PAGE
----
Tag Archives: Wall Street Journal

Gerard Baker

WSJ’s Baker: We’re a better paper under Murdoch


Wall Street Journal managing editor Gerard Baker was interviewed by Isabel Hülsen of Spiegel in Germany about the paper and the future of journalism.

Here is an excerpt:

SPIEGEL: How has Rupert Murdoch changed the WSJ ?

Baker: We are a better newspaper. We’ve expanded the reach of the WSJ, we’ve added coverage of politics, sports, entertainment, fashion and culture. We added new sections and a magazine — while maintaining our core strength in business and financial coverage. Our subscription base is growing. At the same time we became more news focused, more immediate, we made our stories livelier and more accessible. We have fewer of the very, very long-form stories you would traditionally find in the WSJ.

SPIEGEL: Critics would say this is one of the reasons why the WSJ has only won two Pulitzer prizes since Murdoch took over seven years ago.

Baker: I don’t judge the success of the Journal by the number of Pulitzer prizes. It doesn’t say anything about the quality of our journalism.

Read more here.

Wall Street Journal

WSJ website about to reboot


Joe Pompeo of Capital New York writes Thursday about an upcoming reboot of the Wall Street Journal website.

Pompeo writes, “Editors at the paper have been getting previews of the new wsj.com in recent weeks, though a spokeswoman said ‘the visuals are in no way final. They were shown as part of the consulting/feedback process.’

“She also said there’s no official launch date and that the changes will be rolled out iteratively.

“In any case, one person who’s seen the prototype described a cleaner homepage with less text, more photos and fewer navigation bars at the top. The spokeswoman said the new site will have a responsive design with ‘streamlined navigation.’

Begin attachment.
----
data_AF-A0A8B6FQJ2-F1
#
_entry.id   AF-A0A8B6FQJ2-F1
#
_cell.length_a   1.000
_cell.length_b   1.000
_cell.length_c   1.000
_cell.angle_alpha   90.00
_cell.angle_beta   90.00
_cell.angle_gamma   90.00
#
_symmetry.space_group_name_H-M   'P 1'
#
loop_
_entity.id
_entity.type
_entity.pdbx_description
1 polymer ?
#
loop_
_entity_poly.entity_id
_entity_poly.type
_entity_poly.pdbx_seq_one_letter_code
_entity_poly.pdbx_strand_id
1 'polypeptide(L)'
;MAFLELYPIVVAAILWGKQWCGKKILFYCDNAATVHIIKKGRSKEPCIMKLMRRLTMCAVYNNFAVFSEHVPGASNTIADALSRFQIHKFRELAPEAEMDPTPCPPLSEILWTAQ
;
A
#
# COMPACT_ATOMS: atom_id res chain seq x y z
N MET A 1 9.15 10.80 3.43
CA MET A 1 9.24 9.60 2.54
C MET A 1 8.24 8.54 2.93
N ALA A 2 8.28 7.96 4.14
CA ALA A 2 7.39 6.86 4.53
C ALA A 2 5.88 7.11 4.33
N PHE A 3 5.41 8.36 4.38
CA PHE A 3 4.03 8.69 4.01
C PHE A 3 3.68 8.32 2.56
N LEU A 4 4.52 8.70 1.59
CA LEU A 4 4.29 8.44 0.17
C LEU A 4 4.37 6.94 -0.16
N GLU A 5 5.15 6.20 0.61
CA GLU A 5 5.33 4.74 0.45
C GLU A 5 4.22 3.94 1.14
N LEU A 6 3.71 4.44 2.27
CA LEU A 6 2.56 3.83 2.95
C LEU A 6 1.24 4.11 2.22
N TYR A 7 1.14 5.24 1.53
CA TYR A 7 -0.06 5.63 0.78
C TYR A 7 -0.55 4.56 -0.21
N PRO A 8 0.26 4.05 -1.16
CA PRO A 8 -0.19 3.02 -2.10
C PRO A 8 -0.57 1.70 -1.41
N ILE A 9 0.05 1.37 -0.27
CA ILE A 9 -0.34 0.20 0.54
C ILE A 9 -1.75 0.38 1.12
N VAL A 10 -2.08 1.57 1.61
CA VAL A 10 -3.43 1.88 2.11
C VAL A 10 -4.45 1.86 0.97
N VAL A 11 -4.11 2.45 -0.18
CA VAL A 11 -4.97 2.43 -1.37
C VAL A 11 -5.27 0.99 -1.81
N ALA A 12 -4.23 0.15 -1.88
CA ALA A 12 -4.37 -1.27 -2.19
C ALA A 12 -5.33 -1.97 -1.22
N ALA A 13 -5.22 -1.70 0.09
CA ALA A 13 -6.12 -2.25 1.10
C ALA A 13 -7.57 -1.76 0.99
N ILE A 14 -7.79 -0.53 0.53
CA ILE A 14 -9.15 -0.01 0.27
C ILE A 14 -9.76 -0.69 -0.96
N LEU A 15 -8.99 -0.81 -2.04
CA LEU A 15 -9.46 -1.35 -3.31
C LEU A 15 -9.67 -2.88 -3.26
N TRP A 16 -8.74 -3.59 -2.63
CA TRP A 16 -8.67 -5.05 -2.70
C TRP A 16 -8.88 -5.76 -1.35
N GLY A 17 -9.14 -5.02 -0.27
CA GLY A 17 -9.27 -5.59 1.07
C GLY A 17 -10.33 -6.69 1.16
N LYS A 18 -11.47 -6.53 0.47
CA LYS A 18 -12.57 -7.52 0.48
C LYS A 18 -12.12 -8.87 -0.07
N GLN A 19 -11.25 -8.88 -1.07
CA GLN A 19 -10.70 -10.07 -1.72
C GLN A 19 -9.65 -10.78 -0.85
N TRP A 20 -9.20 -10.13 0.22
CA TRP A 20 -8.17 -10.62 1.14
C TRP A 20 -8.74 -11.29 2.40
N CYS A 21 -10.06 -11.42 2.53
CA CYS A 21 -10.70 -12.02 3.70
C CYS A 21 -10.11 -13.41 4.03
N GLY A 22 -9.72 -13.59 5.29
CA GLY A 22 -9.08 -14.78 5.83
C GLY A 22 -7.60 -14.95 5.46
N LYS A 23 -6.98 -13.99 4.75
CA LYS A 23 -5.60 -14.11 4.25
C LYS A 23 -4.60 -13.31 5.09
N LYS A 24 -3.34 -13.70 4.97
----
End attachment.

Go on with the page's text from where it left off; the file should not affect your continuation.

“The relaunch is part of a ‘digital transformation’ that Baker, writing in a Dec. 31 year-end memo, told Journal employees to expect in 2014. He also mentioned ‘new digital home[s], complete with additional digital and reporting staff’ for coverage areas including politics and policy; global markets and finance; arts & entertainment and China.

“The spokeswoman said those projects are still in the works.”

Read more here. A subscription is required.

Tanya Rivero

WSJ hires Rivero to anchor WSJ Live


The Wall Street Journal has hired Tanya Rivero as an anchor and reporter for WSJ Live.

Rivero was most recently a correspondent and anchor with ABC News Now where she reported on daily breaking news, as well as the financial news of the day with a live Wall Street Opening Bell segment. In addition, she anchored Good Morning America Heath, was a fill-in anchor on Good Morning America and GMA Weekend. As a reporter she filed for World News, Nightline and Good Morning America.

“Tanya is an important part of our strategy to move our video journalism to the next level of excellence,” said Chris Cramer, the Journal’s global head of video, in a statement. “With a deep business background, coupled with an intimate understanding of arts and culture, Tanya will further our emphasis on multi-platform storytelling.”

A graduate from Yale University, Rivero also holds a M.S. from the Columbia University School of Journalism. Before pursuing journalism, Riverowas a Corps de Ballet dancer with the New York City Ballet.

WSJ Live offers more than 100 hours of original video content per month – distributed on 30 platforms including WSJ.com, Apple TV, YouTube and Roku.

Dionne Searcey

NYTimes biz desk hires Searcey from WSJ


New York Times business editor Dean Murphy sent out the following announcement on Wednesday:

We’re pleased to announce that Dionne Searcey of the Wall Street Journal is coming to BizDay to write about the economy.

For the past four years, Dionne has been an investigative reporter for the Journal’s Page One enterprise team, and before that was the paper’s national legal correspondent and its telecom reporter. She has also worked at Newsday, the Seattle Times and Chicago Tribune.

Dionne contributed to an award-winning series in 2011 that examined the Social Security disability program, and most recently wrote a series about fraud in asbestos claims that was based on her exclusive access to a database of privileged legal and medical records.  She has an eye for quirky angles and details that has made her a regular contributor to the Journal’s signature A-hed feature, including one about a convention of twins in Ohio where she revealed that fraternal twins suffer from an inferiority complex. “Some fraternal twins and their parents think identical twins have all the fun,” she wrote.